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Name: In re K.L.
Case #: C079100
Court: CA Court of Appeal
District 3 DCA
Opinion Date: 09/18/2018
Summary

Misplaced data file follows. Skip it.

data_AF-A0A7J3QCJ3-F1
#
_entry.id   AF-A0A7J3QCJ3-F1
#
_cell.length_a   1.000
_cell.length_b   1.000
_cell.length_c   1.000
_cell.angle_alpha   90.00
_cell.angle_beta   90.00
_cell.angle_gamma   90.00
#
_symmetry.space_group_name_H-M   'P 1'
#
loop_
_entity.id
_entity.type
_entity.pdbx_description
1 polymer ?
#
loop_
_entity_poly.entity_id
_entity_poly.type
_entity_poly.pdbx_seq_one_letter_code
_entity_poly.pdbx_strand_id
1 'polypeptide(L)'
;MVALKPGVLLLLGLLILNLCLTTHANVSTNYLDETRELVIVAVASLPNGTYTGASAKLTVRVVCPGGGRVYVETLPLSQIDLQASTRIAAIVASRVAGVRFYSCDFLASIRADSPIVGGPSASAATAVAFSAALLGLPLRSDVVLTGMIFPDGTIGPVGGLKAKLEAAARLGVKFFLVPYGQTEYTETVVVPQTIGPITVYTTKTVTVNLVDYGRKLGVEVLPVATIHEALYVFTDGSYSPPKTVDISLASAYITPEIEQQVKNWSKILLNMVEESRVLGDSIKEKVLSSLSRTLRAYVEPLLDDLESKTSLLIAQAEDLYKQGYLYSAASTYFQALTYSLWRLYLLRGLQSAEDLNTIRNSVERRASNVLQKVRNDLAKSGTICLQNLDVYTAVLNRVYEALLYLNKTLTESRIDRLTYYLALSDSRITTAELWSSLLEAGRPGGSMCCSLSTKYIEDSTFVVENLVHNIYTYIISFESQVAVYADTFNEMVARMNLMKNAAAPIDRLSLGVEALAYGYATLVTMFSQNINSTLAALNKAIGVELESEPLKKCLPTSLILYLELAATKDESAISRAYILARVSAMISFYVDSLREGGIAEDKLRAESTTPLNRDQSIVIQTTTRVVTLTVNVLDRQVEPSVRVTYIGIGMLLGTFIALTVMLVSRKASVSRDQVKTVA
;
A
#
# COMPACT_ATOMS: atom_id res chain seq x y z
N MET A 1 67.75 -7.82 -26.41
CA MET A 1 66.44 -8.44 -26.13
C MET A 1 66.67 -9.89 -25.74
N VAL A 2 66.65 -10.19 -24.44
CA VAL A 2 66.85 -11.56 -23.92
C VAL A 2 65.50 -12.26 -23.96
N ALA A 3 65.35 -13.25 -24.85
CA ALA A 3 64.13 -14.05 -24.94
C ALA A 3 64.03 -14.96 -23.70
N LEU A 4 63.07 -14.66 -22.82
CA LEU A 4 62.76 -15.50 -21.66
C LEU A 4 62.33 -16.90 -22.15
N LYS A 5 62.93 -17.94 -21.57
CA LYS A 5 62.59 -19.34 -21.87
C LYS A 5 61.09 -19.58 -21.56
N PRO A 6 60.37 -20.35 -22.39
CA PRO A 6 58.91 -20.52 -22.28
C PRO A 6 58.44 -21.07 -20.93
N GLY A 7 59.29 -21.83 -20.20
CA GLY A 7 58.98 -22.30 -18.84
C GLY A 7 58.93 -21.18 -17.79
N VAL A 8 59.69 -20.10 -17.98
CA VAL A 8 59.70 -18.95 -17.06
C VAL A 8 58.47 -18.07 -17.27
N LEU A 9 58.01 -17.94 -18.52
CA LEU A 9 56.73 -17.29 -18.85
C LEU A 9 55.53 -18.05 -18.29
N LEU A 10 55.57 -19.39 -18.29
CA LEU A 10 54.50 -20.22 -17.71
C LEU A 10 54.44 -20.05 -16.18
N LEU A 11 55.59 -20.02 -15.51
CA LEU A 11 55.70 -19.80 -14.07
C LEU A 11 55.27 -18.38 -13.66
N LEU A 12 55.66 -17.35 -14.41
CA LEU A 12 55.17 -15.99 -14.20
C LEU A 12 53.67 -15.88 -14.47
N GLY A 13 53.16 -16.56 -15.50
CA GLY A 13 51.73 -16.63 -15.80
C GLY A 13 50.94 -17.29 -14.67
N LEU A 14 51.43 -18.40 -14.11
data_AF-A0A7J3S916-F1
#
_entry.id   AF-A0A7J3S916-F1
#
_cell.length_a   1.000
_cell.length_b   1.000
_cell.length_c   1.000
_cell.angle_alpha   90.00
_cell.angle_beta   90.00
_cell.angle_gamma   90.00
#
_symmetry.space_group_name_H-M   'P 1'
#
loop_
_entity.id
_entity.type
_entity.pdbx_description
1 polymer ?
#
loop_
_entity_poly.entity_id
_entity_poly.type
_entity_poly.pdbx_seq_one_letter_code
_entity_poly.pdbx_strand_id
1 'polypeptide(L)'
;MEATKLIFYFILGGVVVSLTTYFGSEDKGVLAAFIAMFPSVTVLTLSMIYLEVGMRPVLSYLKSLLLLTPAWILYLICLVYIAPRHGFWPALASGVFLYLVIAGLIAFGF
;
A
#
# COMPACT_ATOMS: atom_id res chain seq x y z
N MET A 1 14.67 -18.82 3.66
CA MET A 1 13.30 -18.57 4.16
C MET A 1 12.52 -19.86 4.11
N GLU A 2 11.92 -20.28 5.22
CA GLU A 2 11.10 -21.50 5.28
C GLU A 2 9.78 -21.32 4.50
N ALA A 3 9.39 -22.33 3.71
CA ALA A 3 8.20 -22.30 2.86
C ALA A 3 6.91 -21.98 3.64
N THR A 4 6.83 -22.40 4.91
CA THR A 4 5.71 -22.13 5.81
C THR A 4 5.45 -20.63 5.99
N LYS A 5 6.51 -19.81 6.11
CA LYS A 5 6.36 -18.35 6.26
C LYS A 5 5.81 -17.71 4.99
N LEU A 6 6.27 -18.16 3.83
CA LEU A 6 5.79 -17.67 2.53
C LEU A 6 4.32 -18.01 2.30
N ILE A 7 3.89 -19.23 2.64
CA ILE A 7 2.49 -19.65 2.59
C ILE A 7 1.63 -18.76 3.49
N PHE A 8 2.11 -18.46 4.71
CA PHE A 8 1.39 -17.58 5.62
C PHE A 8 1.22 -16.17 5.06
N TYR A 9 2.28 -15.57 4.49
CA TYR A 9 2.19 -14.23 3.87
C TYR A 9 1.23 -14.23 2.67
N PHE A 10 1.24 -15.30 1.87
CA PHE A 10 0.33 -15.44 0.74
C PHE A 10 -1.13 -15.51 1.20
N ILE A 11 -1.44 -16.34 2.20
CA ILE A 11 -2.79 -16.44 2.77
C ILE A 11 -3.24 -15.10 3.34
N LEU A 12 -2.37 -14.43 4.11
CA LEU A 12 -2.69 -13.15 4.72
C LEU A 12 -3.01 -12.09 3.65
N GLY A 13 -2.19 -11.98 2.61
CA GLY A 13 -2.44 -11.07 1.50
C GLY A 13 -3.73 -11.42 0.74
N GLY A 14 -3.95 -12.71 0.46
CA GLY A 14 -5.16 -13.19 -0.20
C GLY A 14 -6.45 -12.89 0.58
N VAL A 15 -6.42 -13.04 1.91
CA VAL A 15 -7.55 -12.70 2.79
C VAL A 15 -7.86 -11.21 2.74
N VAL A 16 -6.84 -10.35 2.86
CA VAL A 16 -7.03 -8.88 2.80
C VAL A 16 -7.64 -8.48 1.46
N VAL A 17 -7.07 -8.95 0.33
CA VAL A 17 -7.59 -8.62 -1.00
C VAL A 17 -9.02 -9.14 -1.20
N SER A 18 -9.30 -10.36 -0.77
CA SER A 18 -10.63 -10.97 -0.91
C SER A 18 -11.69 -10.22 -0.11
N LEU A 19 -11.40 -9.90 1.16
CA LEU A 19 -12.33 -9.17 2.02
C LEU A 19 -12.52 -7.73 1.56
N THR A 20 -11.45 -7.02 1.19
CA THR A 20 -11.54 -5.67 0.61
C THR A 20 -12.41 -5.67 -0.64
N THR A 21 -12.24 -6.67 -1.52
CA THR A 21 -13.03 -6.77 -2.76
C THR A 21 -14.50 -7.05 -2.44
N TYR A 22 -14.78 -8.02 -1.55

ICWA procedures and requirements were not triggered where Indian child was placed with his presumed father because placement was not foster care within meaning of the ICWA. The Agency filed a petition concerning the minor and his older half sibling when mother was arrested. The petition alleged that the minor’s father was unknown. L.V. was the father of the half sibling and believed for several months that he was the minor’s father. He took the minor into his home and treated him as such. When DNA testing showed he was not the father, he continued to treat the minor as his own. The juvenile court found him to be the minor’s presumed father and placed both the minor and the half sibling with L.V. Paternity results showed A.A. to be the minor’s biological father. A.A. had never met the minor and had only recently learned of his existence. A.A. was an enrolled member of the Karuk Indian Tribe. The Agency sent ICWA notice to the Tribe, and the Tribe confirmed it was in the process of enrolling the minor and wished to intervene in the case. At the jurisdiction/disposition hearing, the court placed the minors with L.V. Although the court acknowledged that the minor was an Indian child, it found the ICWA procedures were not triggered because the minor was placed with his presumed father. Appellant, the biological father, was not given services because he was a registered sex offender. Appellant and the Tribe appealed, arguing that ICWA required that the placement of the minor had to be supported by the testimony of an expert witness and otherwise comply with the ICWA placement preferences. The appellate court rejected the argument, finding that the minor was not placed in “foster care” and the proceeding was not a “child custody proceeding” within the meaning of the ICWA. Therefore, compliance with ICWA provisions were not required at disposition. Unlike guardians and foster parents, a presumed parent has legal status as a parent. The plain meaning of the statutory language in both the ICWA and California statutes precludes an expansion of the definition of foster care to include placement with a nonbiological presumed parent. ICWA requires more than just a removal of the minor from a parent–it requires placement in one of the specified categories, none of which apply here.